Energy and attention are a finite resource.
They run out easily. Energy and attention are directly funded by
the amount of sleep and rest an individual gets, both of which are notoriously thin in
today’s world. This is why most people will never be successful;
most people’s lives are set up to drain energy and attention.
Most people barely have enough energy and attention to make it through their busy days.
What little sleep and rest they get provides just enough attention and energy to maintain
this inefficient status quo (and often these energy and attention reserves run out, resulting
in burnouts and breakdowns). If you want to experience true, lasting success
in any area of your life — family, relationships, career, finances, health, personal projects — you
need to learn how to fill up your energy “tank” more efficiently. After that, learn how to
channel your energy properly. Most people have constantly low energy reserves,
and worse still, they misspend these reserves in inefficient and wasteful ways.
Here are three undeniable energy-wasters you need to quit now in order to start channeling
your energy and attention productively and purposefully. Multitasking is a “skill” many people
like to think they have. But the truth is, multitasking doesn’t work.
In his book Deep Work, Cal Newport discusses the concept of “attention drag.” Essentially,
for every different task we switch to, our attention “drags” a little.
For every task, a little bit of our attention is left behind, leaving us less and less to
work with. To illustrate, imagine you have 5 tasks to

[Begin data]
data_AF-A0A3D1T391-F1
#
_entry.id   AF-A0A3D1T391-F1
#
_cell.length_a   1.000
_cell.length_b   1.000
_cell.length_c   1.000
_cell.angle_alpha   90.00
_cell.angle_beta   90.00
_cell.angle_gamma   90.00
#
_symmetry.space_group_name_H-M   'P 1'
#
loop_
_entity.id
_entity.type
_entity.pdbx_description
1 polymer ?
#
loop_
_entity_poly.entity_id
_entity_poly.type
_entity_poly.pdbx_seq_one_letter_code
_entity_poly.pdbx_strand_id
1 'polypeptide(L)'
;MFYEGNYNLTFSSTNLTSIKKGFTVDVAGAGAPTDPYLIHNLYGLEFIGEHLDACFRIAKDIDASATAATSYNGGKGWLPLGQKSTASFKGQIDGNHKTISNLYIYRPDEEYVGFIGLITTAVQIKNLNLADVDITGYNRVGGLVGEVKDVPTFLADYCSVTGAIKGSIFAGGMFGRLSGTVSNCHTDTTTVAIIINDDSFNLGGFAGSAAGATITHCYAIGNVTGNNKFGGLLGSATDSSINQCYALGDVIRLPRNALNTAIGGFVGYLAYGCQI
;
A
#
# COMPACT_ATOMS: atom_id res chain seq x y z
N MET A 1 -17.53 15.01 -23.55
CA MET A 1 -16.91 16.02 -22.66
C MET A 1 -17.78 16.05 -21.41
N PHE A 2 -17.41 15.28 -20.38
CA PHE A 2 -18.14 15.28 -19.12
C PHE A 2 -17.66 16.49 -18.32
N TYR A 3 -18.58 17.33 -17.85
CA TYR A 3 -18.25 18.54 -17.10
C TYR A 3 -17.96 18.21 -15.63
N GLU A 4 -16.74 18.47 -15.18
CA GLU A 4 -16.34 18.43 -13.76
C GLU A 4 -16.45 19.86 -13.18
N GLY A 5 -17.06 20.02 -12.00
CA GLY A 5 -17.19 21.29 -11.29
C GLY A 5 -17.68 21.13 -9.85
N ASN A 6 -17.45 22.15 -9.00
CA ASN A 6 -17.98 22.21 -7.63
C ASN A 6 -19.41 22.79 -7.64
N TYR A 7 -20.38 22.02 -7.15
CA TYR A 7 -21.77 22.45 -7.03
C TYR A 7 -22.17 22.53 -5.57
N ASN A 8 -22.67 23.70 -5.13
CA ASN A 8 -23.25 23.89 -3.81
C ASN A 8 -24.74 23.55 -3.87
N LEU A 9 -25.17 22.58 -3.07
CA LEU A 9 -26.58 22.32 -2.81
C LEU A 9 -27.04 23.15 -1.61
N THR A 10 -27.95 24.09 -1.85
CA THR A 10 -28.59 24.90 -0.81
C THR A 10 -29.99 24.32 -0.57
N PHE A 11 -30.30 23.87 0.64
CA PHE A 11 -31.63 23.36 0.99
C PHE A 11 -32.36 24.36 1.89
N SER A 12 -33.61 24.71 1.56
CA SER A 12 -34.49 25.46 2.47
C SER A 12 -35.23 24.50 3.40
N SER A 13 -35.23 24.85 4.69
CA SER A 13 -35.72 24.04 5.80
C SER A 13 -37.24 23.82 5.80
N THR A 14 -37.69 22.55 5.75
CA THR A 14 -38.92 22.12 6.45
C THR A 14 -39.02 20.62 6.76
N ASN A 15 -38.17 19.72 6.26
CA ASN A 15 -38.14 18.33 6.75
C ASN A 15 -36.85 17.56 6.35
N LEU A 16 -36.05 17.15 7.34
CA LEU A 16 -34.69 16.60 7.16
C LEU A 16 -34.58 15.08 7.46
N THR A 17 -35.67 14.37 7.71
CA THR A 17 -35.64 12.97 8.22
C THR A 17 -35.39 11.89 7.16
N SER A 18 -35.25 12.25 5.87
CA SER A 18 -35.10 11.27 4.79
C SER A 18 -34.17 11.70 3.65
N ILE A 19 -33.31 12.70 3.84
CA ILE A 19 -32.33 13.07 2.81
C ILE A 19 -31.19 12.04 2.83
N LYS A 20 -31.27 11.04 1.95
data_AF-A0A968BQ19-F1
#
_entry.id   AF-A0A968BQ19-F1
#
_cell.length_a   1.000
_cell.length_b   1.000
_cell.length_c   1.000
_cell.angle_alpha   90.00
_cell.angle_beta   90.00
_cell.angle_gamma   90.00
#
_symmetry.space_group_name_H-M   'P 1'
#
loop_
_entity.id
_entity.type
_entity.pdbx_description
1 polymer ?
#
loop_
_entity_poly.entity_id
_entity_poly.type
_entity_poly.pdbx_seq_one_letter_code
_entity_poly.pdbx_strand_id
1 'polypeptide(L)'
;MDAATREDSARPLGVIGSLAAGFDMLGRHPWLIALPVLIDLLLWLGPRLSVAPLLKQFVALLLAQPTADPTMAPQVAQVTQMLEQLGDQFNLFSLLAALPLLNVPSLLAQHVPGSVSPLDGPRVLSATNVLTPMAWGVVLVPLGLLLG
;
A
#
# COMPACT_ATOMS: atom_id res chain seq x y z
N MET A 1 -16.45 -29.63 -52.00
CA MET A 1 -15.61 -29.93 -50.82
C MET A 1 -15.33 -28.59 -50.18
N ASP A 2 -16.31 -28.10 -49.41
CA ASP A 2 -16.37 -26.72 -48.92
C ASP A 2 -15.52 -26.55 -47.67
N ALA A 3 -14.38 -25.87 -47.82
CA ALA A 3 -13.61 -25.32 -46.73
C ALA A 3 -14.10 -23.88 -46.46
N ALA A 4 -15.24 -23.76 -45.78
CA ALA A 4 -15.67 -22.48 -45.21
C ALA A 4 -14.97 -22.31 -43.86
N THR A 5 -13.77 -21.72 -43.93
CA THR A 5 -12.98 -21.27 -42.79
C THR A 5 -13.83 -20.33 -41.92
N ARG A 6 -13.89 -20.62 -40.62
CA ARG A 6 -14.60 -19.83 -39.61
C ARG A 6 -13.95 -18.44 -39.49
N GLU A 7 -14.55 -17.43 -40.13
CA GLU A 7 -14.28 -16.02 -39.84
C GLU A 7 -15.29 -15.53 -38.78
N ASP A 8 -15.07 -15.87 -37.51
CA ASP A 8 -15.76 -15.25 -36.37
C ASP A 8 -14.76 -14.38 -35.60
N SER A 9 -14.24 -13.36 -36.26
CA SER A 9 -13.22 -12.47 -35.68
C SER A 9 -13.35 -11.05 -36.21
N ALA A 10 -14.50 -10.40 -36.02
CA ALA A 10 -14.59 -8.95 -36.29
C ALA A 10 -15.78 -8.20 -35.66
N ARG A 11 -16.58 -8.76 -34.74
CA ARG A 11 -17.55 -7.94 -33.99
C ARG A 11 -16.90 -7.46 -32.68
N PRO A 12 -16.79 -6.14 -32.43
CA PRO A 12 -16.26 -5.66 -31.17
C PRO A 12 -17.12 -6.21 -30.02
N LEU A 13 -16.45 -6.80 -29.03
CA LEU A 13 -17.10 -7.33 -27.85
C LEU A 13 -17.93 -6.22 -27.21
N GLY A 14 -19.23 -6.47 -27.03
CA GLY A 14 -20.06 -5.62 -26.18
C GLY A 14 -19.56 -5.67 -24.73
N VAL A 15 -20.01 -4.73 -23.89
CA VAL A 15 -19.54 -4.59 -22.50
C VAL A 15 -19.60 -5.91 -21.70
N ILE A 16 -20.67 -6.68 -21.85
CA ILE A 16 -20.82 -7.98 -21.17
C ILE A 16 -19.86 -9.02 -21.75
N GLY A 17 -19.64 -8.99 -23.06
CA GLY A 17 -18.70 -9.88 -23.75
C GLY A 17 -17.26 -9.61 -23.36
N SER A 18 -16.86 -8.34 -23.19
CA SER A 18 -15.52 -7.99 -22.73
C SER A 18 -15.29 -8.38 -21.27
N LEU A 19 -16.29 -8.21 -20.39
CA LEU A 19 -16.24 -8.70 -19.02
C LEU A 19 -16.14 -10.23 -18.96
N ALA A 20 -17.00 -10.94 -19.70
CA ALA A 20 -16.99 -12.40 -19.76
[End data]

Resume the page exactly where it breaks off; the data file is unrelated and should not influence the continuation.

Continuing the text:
do: Check your email
Write an article Research some strategies for your business
Post on social media ….Watch YouTube.
Most people think each task will take, say, 10% of your energy.
10% x 5=50%, right? Wrong. Research shows signs that the action
of switching tasks itself actually costs attention. If you spend 10% of your energy checking email,
an additional 2% or so is “dragged” behind as you switch tasks. Over time, this “drag”
might make up an entire portion of your attention and energy.
That’s “multitasking” for you. Instead of multitasking, spend uninterrupted
and intensely focused periods of time on one or two projects.
Think less time plus enormous intensity. Many of the most successful people in the
world finish the entire day’s work in 3–5 hours, because they channel intense focus
into their most important tasks. This is the “deep work” structure, and
it provides an excellent framework for reducing attention drag and channeling your energy
effectively. You need to say “no” more.
There is no shortage of “good” opportunities that come your way. The types of opportunities
that make you say, “This could be fun” or “Yeah, let’s see how this goes.”
The danger of these particular opportunities is that they take away your precious energy
reserves for projects that don’t really matter. Sure, the extra cash from taking on
a few more hours a week to help someone out might be nice, but is it worth it?
From the big picture, it’s not. We’re talking about your legacy here — what
your life will mean when you look back on it. What you’ll be remembered for.